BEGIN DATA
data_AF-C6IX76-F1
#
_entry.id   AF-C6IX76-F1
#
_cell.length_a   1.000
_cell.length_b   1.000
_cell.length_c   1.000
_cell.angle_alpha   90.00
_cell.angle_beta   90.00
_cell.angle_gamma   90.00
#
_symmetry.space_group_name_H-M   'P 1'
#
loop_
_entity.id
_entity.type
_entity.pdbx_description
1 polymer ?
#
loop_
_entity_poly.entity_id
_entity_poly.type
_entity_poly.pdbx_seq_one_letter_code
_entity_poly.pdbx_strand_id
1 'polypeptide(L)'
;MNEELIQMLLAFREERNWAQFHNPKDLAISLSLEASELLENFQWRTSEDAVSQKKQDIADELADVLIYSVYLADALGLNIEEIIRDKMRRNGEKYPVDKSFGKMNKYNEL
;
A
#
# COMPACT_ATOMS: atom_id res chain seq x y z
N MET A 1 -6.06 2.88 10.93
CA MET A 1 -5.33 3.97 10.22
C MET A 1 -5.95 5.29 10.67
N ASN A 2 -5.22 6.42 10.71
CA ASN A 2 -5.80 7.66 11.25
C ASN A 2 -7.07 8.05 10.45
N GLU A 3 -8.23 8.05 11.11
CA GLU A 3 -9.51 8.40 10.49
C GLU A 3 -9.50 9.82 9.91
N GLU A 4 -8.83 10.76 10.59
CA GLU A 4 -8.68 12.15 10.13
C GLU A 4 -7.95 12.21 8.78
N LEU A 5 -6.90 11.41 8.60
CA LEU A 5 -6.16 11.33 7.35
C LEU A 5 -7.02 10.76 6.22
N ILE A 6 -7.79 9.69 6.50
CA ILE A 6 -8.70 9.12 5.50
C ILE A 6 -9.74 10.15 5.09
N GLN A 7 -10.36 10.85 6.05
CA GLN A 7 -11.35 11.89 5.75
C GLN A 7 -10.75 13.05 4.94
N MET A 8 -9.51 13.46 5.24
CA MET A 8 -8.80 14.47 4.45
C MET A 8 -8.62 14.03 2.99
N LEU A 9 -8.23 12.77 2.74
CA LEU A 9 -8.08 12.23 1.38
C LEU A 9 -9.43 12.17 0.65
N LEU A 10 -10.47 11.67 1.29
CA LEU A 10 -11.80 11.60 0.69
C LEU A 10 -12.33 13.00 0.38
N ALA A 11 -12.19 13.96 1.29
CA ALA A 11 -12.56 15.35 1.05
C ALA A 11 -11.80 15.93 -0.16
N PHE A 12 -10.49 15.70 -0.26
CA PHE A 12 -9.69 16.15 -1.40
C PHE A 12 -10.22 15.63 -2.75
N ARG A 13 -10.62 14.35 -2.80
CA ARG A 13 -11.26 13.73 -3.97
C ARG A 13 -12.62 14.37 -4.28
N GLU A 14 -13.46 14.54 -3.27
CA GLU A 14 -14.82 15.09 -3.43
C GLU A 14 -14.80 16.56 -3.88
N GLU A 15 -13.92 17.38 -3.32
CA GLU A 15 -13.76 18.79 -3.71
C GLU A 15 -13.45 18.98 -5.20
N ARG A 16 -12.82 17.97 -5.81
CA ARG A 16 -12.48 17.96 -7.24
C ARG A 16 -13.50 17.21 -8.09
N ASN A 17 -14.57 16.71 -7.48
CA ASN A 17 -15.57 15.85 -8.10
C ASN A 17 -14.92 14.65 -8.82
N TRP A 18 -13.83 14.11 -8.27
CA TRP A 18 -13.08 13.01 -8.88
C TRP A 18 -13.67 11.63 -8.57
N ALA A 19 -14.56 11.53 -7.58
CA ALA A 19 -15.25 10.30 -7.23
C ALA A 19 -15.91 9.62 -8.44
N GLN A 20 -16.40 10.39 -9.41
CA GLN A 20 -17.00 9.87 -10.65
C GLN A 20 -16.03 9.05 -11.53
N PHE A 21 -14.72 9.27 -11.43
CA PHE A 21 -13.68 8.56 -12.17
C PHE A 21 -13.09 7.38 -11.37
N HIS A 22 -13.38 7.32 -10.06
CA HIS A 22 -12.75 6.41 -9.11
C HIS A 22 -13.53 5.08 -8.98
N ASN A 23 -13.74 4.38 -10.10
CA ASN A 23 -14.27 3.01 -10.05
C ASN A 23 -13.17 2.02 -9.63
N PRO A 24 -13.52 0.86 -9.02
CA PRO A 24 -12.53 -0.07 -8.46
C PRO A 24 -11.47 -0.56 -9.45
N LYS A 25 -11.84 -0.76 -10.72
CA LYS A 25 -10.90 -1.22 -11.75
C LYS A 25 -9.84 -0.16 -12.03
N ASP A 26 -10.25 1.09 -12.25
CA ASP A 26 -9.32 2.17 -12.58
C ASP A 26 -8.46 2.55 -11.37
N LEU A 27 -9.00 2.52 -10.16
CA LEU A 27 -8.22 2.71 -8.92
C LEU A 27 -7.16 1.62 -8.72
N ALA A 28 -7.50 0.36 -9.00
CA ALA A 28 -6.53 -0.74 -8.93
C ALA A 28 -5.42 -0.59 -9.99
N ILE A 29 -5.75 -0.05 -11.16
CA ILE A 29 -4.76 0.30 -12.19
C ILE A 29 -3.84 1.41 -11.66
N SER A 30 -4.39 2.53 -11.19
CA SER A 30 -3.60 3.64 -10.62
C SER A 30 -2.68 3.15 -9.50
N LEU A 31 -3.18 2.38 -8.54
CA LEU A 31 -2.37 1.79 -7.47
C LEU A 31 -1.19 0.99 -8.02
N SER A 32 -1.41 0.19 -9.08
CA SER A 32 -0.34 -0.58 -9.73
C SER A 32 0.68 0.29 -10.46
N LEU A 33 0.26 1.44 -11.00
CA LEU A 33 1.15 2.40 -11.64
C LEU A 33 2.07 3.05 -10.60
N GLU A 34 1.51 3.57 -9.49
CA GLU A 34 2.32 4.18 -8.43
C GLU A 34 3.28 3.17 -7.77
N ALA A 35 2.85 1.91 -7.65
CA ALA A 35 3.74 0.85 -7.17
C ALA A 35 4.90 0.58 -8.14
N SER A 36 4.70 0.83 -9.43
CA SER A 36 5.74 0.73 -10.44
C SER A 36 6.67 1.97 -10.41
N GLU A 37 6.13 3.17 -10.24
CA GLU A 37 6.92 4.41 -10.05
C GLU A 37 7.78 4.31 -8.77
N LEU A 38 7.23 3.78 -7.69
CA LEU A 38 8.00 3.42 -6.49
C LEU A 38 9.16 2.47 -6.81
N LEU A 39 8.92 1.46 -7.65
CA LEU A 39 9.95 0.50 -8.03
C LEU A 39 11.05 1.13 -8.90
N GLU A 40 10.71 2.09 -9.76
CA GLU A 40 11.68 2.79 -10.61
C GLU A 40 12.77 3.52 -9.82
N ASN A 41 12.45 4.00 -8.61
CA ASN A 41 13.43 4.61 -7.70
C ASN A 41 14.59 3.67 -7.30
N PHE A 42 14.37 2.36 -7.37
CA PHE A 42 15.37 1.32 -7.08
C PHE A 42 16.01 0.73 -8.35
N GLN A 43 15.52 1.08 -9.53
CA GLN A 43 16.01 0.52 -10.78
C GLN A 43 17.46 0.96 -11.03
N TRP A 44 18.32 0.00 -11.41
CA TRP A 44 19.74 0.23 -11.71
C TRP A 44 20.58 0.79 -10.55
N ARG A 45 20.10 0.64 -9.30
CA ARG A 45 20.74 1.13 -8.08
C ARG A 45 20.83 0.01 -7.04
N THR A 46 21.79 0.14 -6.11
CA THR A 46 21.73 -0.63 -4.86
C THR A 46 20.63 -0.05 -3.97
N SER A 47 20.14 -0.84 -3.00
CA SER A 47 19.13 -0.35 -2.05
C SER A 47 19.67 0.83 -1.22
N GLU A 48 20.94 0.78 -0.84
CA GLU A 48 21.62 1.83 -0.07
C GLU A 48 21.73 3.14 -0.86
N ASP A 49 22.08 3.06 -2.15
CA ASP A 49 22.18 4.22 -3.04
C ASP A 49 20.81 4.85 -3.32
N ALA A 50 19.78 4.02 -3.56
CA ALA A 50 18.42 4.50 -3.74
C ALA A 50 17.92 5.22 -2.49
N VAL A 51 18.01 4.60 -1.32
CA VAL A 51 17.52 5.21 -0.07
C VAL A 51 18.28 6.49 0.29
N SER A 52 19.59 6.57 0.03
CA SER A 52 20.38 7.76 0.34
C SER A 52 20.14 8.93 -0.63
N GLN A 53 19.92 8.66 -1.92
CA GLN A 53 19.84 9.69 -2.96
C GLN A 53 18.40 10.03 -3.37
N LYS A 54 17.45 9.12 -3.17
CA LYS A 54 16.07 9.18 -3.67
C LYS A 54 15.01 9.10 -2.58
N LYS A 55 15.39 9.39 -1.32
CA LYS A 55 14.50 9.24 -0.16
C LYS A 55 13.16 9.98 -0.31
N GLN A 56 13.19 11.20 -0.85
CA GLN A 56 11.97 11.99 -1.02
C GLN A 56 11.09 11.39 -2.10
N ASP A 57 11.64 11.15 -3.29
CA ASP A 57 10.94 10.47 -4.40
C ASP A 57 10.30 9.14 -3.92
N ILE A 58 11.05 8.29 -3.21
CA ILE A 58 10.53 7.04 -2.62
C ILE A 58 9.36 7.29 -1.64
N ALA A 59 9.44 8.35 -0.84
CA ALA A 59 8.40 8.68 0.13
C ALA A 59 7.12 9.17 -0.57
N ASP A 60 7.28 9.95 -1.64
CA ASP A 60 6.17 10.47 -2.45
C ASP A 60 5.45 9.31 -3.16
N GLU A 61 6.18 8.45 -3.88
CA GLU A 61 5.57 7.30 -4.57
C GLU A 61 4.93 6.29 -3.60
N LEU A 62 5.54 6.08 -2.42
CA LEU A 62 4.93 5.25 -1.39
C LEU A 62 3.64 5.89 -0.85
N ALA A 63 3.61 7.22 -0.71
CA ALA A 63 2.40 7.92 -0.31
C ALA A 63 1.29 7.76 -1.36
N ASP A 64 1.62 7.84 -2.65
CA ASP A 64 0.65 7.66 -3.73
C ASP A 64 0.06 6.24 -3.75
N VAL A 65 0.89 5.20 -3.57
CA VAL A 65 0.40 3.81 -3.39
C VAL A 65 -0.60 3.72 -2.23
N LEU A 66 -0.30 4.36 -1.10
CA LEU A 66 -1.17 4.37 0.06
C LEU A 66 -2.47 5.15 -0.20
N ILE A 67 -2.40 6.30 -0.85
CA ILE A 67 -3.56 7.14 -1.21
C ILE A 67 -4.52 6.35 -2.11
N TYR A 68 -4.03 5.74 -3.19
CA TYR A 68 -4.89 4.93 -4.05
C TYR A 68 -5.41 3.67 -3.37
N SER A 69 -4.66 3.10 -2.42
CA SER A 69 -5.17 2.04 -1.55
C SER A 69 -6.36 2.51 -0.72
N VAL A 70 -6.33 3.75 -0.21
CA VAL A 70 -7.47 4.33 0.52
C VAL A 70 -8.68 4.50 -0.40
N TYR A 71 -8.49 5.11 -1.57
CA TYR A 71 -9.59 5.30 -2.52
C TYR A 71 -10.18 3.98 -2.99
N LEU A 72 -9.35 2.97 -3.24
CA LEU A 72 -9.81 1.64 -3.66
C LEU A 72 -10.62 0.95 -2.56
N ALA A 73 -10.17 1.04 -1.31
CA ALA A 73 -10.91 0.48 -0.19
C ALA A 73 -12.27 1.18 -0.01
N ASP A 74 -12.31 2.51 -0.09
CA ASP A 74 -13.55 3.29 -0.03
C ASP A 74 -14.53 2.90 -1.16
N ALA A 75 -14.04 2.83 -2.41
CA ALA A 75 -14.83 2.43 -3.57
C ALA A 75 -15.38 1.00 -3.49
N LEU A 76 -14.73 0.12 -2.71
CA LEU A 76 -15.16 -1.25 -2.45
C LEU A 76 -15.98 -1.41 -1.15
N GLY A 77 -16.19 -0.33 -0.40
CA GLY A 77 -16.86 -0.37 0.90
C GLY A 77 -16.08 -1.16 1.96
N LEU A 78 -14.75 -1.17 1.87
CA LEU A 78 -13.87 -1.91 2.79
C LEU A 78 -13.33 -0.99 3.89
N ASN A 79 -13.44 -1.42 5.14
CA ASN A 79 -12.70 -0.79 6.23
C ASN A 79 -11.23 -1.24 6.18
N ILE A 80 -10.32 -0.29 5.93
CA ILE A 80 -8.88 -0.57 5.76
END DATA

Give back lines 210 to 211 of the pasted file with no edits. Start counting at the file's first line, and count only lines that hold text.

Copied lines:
C ASP A 60 5.45 9.31 -3.16
N GLU A 61 6.18 8.45 -3.88